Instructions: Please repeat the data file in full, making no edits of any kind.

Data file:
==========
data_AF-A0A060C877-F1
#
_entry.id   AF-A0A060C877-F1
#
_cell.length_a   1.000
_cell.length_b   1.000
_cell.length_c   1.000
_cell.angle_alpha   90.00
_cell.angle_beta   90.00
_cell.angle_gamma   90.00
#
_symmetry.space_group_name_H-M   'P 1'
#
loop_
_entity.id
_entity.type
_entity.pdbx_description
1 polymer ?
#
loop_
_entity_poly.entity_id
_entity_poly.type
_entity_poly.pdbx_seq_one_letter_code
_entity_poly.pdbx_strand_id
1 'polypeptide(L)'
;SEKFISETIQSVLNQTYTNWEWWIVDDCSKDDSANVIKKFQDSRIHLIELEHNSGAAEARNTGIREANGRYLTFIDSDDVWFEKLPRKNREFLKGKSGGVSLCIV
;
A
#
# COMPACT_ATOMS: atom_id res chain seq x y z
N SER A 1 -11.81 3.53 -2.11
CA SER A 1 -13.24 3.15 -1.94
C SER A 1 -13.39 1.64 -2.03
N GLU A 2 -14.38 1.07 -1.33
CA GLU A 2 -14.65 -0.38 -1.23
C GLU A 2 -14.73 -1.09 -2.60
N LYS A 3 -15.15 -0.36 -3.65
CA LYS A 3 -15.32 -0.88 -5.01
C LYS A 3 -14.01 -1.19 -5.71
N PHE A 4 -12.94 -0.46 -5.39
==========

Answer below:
data_AF-A0A060C877-F1
#
_entry.id   AF-A0A060C877-F1
#
_cell.length_a   1.000
_cell.length_b   1.000
_cell.length_c   1.000
_cell.angle_alpha   90.00
_cell.angle_beta   90.00
_cell.angle_gamma   90.00
#
_symmetry.space_group_name_H-M   'P 1'
#
loop_
_entity.id
_entity.type
_entity.pdbx_description
1 polymer ?
#
loop_
_entity_poly.entity_id
_entity_poly.type
_entity_poly.pdbx_seq_one_letter_code
_entity_poly.pdbx_strand_id
1 'polypeptide(L)'
;SEKFISETIQSVLNQTYTNWEWWIVDDCSKDDSANVIKKFQDSRIHLIELEHNSGAAEARNTGIREANGRYLTFIDSDDVWFEKLPRKNREFLKGKSGGVSLCIV
;
A
#
# COMPACT_ATOMS: atom_id res chain seq x y z
N SER A 1 -11.81 3.53 -2.11
CA SER A 1 -13.24 3.15 -1.94
C SER A 1 -13.39 1.64 -2.03
N GLU A 2 -14.38 1.07 -1.33
CA GLU A 2 -14.65 -0.38 -1.23
C GLU A 2 -14.73 -1.09 -2.60
N LYS A 3 -15.15 -0.36 -3.65
CA LYS A 3 -15.32 -0.88 -5.01
C LYS A 3 -14.01 -1.19 -5.71
N PHE A 4 -12.94 -0.46 -5.39